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|Title:||Range expansion in the evolutionary history of western palaeartic aquatic coleoptera = Expansiones de rango durante la historia evolutiva de coleópteros acuáticos en el Paleártico occidental|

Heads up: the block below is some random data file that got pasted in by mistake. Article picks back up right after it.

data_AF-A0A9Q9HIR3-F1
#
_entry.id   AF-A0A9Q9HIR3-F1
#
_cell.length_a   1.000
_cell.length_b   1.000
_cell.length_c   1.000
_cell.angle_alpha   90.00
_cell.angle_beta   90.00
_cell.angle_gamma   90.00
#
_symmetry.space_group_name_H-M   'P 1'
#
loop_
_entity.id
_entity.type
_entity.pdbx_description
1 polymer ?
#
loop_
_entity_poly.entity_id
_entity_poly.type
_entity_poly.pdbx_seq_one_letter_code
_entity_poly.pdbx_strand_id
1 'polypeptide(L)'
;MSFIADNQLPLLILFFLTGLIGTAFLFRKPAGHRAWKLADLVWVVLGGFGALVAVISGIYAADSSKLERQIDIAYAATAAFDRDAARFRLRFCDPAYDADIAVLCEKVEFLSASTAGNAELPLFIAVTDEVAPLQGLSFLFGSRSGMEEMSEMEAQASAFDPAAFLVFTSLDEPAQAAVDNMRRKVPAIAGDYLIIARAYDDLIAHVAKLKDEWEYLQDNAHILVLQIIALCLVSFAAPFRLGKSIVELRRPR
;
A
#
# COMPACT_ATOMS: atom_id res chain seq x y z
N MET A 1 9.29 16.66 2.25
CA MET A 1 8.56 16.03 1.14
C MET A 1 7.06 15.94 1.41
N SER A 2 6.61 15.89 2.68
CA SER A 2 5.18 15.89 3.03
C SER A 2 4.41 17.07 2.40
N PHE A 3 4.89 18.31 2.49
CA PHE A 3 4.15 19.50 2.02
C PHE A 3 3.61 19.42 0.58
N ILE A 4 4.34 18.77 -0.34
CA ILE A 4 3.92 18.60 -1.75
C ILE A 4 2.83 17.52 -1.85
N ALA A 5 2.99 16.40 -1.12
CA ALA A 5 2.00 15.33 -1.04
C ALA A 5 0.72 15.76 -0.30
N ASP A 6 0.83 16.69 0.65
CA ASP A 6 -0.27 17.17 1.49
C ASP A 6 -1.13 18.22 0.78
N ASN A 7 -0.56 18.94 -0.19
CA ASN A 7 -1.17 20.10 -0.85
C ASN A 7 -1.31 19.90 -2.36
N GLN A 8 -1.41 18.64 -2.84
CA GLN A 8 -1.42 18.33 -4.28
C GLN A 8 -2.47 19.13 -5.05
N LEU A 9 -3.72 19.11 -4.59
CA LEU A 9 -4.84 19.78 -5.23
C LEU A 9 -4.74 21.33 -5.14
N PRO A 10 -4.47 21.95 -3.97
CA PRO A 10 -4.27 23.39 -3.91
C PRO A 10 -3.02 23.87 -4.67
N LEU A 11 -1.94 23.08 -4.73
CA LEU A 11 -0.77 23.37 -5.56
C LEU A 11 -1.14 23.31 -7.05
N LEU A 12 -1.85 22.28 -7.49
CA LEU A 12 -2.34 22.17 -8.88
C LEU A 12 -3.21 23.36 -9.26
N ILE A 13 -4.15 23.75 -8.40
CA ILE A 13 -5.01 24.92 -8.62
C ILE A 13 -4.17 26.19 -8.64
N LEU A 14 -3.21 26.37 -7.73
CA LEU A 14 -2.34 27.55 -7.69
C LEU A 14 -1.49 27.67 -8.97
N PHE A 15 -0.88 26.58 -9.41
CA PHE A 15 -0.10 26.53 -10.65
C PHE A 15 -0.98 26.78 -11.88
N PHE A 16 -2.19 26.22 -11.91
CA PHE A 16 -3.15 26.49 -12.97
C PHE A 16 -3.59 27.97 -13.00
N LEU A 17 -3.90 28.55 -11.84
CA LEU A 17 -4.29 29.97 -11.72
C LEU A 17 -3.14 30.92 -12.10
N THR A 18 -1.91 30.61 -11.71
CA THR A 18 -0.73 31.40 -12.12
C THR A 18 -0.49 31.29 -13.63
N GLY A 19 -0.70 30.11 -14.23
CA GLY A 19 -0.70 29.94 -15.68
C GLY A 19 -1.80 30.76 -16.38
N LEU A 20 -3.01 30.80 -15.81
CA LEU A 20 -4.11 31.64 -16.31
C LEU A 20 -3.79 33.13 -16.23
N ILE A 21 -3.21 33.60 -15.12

|Author:||García Vázquez, David|
|Director:||Ribera Galán, Ignacio|
Riutort León, Marta
|Publisher:||Universitat de Barcelona|